‘Imagine how our discourse and actions would be different if people daily detailed for us the lives— the individuality, the small and large joys and fears and sorrows— of those whom this culture enslaves or kills. Imagine if we gave these victims that honor, that attention. Imagine if everyday newspapers carried an account of each child who starves to death because cities take the resources on which the child’s traditional community has forever depended…. Imagine, too, if our discourse included accounts of those nonhumans whose lives in this culture makes unspeakably miserable: the billions of creatures bred for torture in feedlot, factor farm, or laboratory; the wild creatures worth money, who are pursued and destroyed no matter where they hide; the wild creatures unvalued by the economic system, who are eliminated because they are in the way of production’ Derrick Jensen, Endgame, Vol. 1, 2006, p.59
My still forming ideas for the first part, and the context in which my thesis (‘the ecocidal eye: beyond the anthropocentric gaze to a relational gaze in cinema’) rests, are to present and characterise the ecocidal tendencies of the human-centered (anthropocentric) gaze, to examine whether culturally we perpetuate such actions in cultural works we produce, such as cinema. In this article I decided to examine anthropocentrism by considering a new term – the Anthropocene as perhaps a means to think about ecocide over the centuries. Interestingly, I found that this term geological term and concept has been adopted quickly, in other fields, particularly in the last few months in international conferences leading up to the upcoming Earth Rio+20 earth summit.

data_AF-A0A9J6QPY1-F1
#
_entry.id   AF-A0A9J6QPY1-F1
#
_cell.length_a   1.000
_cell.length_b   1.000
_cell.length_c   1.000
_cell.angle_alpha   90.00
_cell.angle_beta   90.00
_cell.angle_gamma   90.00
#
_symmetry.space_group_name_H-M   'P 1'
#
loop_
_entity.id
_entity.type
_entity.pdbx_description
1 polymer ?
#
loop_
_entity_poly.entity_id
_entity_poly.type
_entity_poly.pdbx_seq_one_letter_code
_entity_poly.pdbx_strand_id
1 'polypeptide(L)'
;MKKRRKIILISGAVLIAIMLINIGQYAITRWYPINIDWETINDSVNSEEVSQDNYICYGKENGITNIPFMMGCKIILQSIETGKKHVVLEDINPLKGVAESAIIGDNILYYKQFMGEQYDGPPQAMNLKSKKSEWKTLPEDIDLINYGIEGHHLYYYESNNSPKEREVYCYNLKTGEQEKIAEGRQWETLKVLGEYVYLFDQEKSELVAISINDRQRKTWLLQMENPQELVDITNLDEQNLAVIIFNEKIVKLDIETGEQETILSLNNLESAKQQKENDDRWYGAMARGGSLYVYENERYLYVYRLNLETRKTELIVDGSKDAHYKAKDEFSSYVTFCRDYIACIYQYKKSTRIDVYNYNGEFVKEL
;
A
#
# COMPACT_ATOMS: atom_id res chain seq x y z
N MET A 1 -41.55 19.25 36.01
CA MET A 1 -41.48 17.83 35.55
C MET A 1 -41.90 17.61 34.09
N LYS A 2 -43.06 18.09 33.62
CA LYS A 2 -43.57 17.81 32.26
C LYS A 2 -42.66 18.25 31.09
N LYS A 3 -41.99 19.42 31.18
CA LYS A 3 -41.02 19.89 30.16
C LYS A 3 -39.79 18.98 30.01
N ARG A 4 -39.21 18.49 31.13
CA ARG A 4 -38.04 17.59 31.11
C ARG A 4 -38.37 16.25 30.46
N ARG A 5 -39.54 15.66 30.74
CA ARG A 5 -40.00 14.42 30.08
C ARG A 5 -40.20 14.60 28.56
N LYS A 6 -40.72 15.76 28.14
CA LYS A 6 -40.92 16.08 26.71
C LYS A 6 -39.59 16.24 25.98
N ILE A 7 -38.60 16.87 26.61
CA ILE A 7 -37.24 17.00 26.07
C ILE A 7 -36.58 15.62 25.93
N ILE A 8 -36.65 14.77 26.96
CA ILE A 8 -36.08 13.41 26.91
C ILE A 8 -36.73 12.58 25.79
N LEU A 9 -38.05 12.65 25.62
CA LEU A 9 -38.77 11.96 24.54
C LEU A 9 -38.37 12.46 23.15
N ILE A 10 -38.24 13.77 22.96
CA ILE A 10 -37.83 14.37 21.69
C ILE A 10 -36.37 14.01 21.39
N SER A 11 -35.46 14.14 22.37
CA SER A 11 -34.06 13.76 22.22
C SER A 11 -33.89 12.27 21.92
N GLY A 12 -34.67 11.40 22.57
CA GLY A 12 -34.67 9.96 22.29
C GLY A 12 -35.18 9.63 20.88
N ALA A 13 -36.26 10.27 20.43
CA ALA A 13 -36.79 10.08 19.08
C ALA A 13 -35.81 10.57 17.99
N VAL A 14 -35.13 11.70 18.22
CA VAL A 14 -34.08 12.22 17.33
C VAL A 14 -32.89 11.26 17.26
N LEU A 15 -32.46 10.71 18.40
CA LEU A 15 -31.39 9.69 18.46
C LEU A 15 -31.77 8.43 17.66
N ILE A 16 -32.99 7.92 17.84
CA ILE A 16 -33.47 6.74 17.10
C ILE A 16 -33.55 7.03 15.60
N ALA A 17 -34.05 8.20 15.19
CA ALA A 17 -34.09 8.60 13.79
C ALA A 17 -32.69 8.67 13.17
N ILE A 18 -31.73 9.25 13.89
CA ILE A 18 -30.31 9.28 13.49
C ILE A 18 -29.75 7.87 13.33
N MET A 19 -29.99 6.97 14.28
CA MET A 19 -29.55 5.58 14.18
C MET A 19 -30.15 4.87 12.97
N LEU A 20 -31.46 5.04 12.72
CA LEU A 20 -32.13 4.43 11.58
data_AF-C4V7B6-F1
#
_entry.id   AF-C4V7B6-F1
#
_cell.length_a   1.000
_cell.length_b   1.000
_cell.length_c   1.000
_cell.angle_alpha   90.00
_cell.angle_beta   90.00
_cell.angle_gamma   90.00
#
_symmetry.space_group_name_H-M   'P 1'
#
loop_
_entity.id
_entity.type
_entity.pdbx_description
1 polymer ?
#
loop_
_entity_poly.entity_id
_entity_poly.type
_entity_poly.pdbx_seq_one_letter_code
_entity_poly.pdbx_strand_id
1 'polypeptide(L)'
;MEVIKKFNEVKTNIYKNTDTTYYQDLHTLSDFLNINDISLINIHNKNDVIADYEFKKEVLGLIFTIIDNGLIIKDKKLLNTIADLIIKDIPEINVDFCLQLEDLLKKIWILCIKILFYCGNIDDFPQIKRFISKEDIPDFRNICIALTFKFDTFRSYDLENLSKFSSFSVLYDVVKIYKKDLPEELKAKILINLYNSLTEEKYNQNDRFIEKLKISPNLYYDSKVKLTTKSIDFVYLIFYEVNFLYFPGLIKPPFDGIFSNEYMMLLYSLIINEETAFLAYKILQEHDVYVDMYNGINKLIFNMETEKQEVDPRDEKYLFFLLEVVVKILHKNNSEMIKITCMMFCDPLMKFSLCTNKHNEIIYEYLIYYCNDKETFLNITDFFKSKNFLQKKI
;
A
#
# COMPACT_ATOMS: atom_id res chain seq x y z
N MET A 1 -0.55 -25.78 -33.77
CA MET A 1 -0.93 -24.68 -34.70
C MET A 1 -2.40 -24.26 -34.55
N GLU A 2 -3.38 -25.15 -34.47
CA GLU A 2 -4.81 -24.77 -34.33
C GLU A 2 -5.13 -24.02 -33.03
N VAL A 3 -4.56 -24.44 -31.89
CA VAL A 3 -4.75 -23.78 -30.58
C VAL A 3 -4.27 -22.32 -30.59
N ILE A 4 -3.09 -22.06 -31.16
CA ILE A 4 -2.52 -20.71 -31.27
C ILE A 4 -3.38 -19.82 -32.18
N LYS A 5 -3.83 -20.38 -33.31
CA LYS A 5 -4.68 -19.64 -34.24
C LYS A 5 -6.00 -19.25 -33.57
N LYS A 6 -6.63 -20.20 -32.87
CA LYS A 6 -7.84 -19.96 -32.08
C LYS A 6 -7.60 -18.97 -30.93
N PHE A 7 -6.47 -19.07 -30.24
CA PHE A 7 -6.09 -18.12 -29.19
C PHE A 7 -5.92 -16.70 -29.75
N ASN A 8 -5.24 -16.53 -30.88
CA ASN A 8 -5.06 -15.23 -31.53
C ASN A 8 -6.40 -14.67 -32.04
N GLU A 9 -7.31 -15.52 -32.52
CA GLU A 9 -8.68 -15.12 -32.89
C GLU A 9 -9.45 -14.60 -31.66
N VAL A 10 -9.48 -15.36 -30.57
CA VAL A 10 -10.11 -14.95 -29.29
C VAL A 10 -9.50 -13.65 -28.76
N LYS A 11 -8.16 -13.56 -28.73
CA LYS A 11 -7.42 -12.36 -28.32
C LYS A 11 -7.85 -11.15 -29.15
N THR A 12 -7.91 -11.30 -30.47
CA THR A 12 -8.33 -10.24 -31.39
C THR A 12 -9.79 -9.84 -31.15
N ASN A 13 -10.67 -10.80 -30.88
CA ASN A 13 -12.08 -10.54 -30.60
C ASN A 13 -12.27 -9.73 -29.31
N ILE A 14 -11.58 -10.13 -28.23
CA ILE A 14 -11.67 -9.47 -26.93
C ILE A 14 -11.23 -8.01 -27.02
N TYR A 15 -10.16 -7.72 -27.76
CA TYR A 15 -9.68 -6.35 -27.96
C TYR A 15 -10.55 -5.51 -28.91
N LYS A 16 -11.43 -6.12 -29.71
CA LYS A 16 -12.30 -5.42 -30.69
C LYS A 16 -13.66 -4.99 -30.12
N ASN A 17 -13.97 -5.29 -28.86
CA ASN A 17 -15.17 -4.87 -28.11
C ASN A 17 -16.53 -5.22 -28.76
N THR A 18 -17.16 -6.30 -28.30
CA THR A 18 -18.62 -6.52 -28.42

To begin with, when I was reviewing recent data over the last few months on the state of the earth to form the background of my enquiry, I kept coming across so many different, but as I see it now related facets of planetary system collapse or change. The exponential rate and scale of destruction is simply terrifying. The results of globalised ecocide* are evident: in our atmosphere (climate change), in our oceans and waterways (ocean acidification, extirpation of marine species and actual and imminent marine ecosystem collapse), ecosystem degradation leading to gross biodiversity loss (we are now in the largest mass extinction period of the last 65 million years), non-renewable resource and mineral depletion (peak oil, peak nitrogen, peak phosphorus, peak uranium, peak everything etc). I began to see that one couldn’t focus on one particular aspect if one was to understand the systemic nature of ecocide. That one species, and our own at that, is altering so quickly the many life supports of the earth is pretty inconceivable and is leading a growing number of people to call this unprecedented period as the Age of the Anthropocene (the age of man). While there is understandably much attention being paid to climate change (this has been a focus for some in the small area of contemporary art that has begun to look at art & ecology in recent years) I sought out others who were looking at the totality of earth’s biospheric (global sum of all ecosystems) change. (more…)